Mikhail Yuryevich Lermontov
Biography of Mikhail Yuryevich Lermontov
Lermontov was born in Moscow on 15th October 1814 to a retired army captain and his wife. At the age of three Lermotov's mother died and he was sent to live with his grandmother on her estate in Penzenskaya province. Here, the natural and at times exotic beauty of the area formed a lasting impression on him, as did the customs and ceremonies of the time and the stories, legends and folk songs that he heard.
In 1827 he moved with his grandmother to Moscow and attended boarding school. There he began to write poetry and study painting. Lermontov, like many other young writers at the time, was influenced heavily by English poet Lord Byron, as was shown by his first two poems Cherkesy and Kavkazsky Plennik (1928).
His first published verse, Vesna the followed in 1830.
Also in 1830, he entered Moscow Univeristy and studied alongside such democratically minded representatives of nobility as Aleksandr Herzen and Nikolay Platonovich Ogaryov. Students regularly discussed political and philosophical problems and it was in this atmosphere that Lermotov wrote a number of longer, narrative poems and dramas. For example, his drama Stranny Chelovek (A Strange Man)(1831) reflected the attitudes current among members of student societies: hatred of the despotic tsarist regime and of serfdom.
In 1832 he left Moscow univerity and entered cadet school in St. Petersburg.
Upon his graduation in 1834 he was appointed to the Life-Guard Hussar Regiment stationed at Tsarskoye Selo (now Pushkin), close to St. Petersburg. In 1840 he was exiled following a duel with the son of the French ambassador at St. Petersburg. However, in 1841 he was allowed to return in order to spend some time with his grandmother. On his return journey he experienced a burst of creative energy and wrote such poetic pieces as Utes (The Cliff), Spor(Argument), Net, ne tebya tak pylko ya lyublyu (No, It Was Not You I Loved So Fervently) and his last work Prorok ("Prophet").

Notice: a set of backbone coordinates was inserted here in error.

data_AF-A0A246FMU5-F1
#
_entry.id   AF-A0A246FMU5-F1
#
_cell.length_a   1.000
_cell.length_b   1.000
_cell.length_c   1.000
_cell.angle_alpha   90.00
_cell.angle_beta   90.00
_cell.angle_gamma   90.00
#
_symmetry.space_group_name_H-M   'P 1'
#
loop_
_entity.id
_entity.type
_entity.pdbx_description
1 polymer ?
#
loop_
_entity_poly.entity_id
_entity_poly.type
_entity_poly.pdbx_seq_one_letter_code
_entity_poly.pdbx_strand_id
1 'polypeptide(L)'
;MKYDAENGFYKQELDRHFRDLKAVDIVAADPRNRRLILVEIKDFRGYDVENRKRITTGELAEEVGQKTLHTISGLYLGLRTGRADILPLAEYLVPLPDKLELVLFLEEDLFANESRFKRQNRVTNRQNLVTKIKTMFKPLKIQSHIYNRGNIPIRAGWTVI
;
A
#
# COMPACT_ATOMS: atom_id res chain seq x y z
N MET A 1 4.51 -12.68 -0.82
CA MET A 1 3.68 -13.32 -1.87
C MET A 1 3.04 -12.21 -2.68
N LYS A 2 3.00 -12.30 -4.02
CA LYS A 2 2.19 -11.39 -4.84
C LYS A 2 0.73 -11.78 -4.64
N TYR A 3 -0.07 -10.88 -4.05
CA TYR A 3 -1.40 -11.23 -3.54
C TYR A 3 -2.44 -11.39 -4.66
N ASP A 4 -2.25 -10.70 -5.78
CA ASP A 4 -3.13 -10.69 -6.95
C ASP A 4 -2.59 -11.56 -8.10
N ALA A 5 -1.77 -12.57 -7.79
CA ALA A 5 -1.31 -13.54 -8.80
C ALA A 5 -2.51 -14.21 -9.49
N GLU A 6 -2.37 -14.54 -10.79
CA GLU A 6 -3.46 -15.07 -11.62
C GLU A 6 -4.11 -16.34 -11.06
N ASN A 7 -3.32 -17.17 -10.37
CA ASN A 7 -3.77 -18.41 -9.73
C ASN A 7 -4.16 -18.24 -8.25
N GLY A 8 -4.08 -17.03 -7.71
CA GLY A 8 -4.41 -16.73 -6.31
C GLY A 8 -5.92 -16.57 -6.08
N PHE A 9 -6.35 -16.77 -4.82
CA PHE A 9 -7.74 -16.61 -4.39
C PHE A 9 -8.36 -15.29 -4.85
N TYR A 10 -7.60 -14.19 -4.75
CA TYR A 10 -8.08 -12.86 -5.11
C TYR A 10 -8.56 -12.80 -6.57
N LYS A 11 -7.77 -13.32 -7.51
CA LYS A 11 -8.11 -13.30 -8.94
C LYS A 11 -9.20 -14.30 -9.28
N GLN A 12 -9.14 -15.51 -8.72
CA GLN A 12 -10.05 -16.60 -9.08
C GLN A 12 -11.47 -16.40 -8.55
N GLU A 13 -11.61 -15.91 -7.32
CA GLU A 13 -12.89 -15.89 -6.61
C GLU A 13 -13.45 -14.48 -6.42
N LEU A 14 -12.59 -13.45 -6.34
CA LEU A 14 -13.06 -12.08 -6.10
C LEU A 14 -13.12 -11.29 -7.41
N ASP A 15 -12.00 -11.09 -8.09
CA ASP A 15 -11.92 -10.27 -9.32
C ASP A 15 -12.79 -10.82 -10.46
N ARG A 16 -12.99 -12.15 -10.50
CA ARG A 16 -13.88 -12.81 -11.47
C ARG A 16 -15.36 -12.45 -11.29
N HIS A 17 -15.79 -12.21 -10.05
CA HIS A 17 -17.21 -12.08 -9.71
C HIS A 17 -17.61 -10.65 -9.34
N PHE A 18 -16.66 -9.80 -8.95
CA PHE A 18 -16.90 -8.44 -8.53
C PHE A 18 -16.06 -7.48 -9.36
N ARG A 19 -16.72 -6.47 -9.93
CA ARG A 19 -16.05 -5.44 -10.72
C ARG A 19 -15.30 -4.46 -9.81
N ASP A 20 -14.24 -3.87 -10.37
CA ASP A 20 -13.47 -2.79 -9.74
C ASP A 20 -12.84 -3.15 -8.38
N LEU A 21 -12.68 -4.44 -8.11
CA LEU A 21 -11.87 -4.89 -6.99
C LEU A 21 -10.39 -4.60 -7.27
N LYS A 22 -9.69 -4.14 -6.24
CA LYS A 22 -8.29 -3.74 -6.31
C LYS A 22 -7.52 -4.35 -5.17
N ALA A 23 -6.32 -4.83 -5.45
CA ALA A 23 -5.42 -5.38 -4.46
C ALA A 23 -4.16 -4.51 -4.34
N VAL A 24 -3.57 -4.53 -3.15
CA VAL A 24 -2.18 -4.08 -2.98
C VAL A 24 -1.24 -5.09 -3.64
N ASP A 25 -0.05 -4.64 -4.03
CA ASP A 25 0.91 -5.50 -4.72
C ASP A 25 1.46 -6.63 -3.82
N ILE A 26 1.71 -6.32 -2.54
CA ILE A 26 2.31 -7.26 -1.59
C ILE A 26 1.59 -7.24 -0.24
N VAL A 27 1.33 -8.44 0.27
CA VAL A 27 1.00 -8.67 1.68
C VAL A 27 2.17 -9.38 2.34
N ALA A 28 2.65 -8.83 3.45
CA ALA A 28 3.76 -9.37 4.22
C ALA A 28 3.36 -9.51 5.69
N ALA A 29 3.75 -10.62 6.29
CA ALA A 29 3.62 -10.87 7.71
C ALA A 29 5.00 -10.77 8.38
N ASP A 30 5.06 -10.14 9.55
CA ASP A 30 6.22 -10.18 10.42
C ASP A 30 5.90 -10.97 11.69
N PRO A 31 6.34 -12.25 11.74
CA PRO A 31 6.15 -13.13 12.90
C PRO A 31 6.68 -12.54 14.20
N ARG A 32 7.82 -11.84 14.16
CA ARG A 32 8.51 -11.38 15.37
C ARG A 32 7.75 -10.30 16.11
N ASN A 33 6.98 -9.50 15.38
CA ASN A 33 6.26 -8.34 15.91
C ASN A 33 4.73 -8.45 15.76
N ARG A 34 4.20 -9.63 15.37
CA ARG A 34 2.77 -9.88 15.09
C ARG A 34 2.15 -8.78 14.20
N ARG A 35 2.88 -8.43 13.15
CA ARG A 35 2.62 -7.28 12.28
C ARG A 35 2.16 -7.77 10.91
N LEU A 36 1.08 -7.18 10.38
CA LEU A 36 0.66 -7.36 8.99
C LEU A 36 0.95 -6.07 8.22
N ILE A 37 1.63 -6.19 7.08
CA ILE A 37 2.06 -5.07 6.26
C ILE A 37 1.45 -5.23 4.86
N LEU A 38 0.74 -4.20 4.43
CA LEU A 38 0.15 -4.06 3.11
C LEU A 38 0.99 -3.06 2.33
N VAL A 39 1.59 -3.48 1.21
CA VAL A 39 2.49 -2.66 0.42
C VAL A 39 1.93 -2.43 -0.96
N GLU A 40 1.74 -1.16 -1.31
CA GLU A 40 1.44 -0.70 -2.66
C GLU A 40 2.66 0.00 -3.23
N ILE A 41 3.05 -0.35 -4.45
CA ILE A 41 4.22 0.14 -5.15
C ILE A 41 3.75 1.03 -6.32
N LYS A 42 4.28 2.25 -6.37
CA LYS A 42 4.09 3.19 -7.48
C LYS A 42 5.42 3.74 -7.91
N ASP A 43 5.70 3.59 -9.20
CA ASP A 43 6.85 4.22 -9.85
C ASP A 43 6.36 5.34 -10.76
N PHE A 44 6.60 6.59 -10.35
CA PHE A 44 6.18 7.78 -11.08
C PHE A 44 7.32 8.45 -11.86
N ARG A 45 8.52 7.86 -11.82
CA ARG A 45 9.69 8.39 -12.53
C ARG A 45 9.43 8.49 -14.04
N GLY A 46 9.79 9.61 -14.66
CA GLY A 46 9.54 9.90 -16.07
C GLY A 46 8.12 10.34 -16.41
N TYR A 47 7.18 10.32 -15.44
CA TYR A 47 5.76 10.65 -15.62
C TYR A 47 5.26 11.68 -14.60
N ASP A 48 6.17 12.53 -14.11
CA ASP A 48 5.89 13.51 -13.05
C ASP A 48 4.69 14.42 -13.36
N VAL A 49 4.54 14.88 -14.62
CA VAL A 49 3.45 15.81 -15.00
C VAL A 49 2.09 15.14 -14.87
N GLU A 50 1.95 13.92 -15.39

Lermontov died during a duel with a fellow officer in 1842. He was only twenty six years of age but had still shown himself to be a gifted poet, writer, and playwright who would go on inspire a number of other Russian artists.
This page is based on the copyrighted Wikipedia Mikhail Yuryevich Lermontov; it is used under the Creative Commons Attribution-ShareAlike 3.0 Unported License. You may redistribute it, verbatim or modified, providing that you comply with the terms of the CC-BY-SA.
Mikhail Yuryevich Lermontov Poems
A lonely sail is flashing white Amdist the blue mist of the sea!... What does it seek in foreign lands? What did it leave behind at home?..
I Go Out On The Road Alone
Alone I set out on the road; The flinty path is sparkling in the mist; The night is still. The desert harks to God, And star with star converses.
Bored And Sad
It's boring and sad, and there's no one around In times of my spirit's travail... Desires!...What use is our vain and eternal desire?.. While years pass on by - all the best years!
At midnight an angel was crossing the sky, And quietly he sang; The moon and the stars and the concourse of clouds Paid heed to his heavenly song.
Where waves of the Terek are waltzing In Dariel's wickedest pass, There rises from bleakest of storm crags An ancient grey towering mass.
On The Death Of Pushkin
He fell, a slave of tinsel-honour, A sacrifice to slander's lust; The haughty Poet's head, the noblest, Bowed on his wounded breast in dust.
On Departure For The Caucas
Farewell my hateful Russian country! People of lord and serf you are-- Farewell, salute, bent knee and hand-kiss,
On Napoleon's Death
Cold hears thy soul the praise or cursing of posterity. Quit of the human race, thou man of destiny!
Faithful before thee, Mother of God, now kneeling, Image miraculous and merciful--of thee Not for my soul's health nor battles waged, beseeching,
Heaven And The Stars
Brilliant heavens of evening, Distant stars clearly shining, Bright as the rapture of childhood, O why dare I send you nevermore greeting--
With sadness I survey our present generation! Their future seems so empty, dark, and cold, Weighed down beneath a load of knowing hesitation,
I love my native land with such perverse affection! My better judgement has no standing here. Not glory, won in bloody action,
Sailless and without a rudder, On the ocean of the air-- Float the choirs of stars harmonious, 'Mid the mists eternal there;
Clouds in the skies above, heavenly wanderers, Long strings of snowy pearls stretched over azure plains!
A little oak leaf tore off from its branch
Was driven o'er the steppe by a cruel gale;
Dried up and withered from the cold, the heat and sorrow
It finally alit by the Black Sea shore.
A young plane tree stands by the Black Sea shore;
A whispering wind strokes her green boughs;
On her green boughs sway heavenly birds
Singing the praises and fame of the queen of the sea.